Verizon Will Pay Less For Yahoo Than Originally Expected (Yahoo Security)

Verizon is getting a sizable discount on its purchase of Yahoo. The communications company has reached a tentative agreement that reduces the price of its bid on Yahoo’s assets by $250 million, according to a report from Bloomberg.

When Verizon originally came to an agreement to buy Yahoo in June 2016, the company agreed to pay $4.83 billion. Now it will knock a quarter of a billion off that price in a renegotiated deal made between the companies.

Verizon will acquire digital advertising, email and media assets from Yahoo, a beleaguered internet company that has faced setback after setback that has led to it lagging behind its competition for the better half of the last decade.

“The acquisition of Yahoo will put Verizon in a highly competitive position as a top global mobile media company, and help accelerate our revenue stream in digital advertising,” Verizon chairman and CEO Lowell McAdam said of the agreement in July 2016.

Rumors of Verizon attempting to renegotiate the purchase price for Yahoo began in October 2016 after Yahoo announced it was hit by a massive data breach that compromised the credentials of more than 500 million of its users.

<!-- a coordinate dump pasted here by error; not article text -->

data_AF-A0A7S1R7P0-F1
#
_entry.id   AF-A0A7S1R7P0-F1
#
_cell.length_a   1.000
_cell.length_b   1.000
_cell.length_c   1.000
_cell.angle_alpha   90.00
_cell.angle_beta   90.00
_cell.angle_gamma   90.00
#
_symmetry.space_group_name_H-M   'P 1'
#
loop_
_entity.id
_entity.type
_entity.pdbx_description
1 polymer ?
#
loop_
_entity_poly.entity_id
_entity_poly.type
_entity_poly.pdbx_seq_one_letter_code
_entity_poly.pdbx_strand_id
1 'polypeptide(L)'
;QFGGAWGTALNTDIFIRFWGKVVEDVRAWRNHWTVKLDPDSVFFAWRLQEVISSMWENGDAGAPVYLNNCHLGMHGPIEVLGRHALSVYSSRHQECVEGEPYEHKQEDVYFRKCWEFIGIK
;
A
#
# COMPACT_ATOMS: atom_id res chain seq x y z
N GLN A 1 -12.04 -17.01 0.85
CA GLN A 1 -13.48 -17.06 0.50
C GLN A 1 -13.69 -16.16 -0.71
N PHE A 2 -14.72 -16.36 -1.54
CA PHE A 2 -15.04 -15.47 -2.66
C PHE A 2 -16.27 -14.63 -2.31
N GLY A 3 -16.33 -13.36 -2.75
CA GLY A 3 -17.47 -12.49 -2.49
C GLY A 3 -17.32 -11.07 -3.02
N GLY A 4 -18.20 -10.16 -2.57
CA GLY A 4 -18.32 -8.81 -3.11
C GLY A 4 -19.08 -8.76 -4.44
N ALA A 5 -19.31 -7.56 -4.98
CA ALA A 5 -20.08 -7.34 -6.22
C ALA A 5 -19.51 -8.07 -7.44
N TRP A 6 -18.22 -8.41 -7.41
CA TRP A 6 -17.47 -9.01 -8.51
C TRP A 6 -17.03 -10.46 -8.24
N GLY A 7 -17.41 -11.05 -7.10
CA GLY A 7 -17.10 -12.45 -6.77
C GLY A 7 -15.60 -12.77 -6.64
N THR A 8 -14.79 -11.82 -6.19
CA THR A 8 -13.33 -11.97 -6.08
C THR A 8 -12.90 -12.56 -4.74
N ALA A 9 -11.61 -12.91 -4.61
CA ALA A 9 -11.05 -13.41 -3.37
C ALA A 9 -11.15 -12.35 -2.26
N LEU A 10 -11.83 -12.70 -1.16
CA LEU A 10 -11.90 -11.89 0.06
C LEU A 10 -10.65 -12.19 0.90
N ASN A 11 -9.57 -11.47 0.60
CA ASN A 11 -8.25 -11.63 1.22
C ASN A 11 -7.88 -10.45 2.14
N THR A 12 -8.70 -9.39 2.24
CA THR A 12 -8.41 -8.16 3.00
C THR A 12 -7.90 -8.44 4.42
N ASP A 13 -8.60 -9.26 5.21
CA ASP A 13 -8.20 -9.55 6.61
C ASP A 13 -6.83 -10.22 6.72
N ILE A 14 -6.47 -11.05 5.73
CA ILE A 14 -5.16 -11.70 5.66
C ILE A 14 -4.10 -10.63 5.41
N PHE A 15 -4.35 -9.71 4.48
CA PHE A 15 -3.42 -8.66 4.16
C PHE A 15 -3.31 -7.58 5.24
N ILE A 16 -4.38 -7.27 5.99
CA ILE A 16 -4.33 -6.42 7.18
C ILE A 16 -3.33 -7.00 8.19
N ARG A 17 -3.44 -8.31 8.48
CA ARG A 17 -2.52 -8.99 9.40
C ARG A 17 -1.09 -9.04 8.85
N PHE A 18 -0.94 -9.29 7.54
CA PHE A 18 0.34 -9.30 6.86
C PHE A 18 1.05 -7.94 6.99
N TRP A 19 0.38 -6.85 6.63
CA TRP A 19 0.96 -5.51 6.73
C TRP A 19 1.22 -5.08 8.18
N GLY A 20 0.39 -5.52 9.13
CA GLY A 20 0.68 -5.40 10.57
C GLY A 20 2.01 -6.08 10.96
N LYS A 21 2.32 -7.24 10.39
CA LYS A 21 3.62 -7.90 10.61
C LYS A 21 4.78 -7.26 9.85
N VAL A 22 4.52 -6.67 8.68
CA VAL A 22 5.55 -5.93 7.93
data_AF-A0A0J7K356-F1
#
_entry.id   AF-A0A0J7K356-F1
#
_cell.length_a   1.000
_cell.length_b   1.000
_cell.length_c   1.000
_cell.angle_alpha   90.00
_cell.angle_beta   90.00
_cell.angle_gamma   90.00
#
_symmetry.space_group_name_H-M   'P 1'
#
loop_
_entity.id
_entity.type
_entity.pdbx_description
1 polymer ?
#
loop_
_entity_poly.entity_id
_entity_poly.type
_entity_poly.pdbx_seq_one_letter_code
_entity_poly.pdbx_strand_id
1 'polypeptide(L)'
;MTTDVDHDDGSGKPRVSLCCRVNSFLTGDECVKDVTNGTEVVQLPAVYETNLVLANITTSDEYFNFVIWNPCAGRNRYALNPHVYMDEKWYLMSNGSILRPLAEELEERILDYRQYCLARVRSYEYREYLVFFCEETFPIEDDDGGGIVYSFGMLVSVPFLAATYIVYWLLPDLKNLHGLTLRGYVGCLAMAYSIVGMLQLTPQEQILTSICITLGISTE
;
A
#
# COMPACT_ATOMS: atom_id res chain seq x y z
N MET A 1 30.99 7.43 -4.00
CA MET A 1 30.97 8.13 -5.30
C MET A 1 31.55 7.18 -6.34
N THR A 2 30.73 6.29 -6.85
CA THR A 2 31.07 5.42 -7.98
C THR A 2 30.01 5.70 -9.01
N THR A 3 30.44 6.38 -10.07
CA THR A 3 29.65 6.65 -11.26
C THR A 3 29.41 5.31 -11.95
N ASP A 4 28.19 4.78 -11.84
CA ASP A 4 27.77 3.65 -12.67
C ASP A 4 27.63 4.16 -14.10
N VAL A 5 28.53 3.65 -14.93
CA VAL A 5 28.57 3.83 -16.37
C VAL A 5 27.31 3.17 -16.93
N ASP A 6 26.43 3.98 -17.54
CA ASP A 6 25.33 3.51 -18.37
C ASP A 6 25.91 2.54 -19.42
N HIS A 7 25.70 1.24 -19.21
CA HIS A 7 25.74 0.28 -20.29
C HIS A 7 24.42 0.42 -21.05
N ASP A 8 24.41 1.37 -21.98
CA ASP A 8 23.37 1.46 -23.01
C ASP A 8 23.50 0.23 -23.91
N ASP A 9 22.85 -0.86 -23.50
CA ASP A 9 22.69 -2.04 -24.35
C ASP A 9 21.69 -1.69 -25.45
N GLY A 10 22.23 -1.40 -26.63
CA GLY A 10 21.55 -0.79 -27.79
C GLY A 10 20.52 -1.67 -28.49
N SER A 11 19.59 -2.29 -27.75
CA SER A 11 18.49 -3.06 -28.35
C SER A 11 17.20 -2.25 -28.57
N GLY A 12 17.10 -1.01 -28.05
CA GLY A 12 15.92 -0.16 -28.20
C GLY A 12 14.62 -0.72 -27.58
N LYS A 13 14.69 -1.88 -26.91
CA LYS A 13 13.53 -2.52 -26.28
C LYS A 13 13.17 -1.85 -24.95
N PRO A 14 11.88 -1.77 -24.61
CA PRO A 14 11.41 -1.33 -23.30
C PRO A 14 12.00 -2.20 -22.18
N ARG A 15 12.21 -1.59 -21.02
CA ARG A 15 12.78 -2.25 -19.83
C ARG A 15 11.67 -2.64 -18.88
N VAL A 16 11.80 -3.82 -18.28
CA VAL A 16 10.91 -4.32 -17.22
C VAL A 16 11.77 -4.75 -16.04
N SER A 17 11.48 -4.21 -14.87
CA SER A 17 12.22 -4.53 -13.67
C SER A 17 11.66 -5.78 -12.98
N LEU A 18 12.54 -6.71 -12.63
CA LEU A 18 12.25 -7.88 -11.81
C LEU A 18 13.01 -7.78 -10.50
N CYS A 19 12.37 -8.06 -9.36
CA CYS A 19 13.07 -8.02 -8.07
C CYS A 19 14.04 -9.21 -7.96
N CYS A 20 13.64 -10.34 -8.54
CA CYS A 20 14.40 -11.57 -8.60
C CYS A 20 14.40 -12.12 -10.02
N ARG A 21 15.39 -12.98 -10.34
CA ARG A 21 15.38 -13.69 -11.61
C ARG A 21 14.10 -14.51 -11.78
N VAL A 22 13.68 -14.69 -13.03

According to Yahoo, the hack came from state-sponsored attackers and took place in 2014—meaning a half a billion users were potentially at risk for two years before ever learning of the breach. Yahoo assured users the stolen data did not include unprotected passwords, payment card data or bank account information.

It was reported that Verizon would seek a $1 billion discount because of the data leaks. Verizon’s chief financial officer Fran Shammo said on a call with industry analysts in October 2016 that the companies had discussed the breach and he believed it would have a “material impact” on Yahoo.

“Let me just reiterate what they have said — we are still evaluating what it means for the transaction,” Shammo said on the call.

Verizon had also reported declining revenue and plunging subscriber growth during its quarter three earnings report in October 2016 which may have impacted its interest in reworking the Yahoo deal.

It is unclear if the agreed upon reduction in price of $250 million is in any way related to the data breach.

Yahoo reported last month that it beat Wall Street expectations by posting $1.47 billion in revenue during the fourth quarter of 2016. At the time, Yahoo said it would close its deal with Verizon in the second quarter of 2017.

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Source: SANS ISC SecNewsFeed @ February 16, 2017 at 09:12PM

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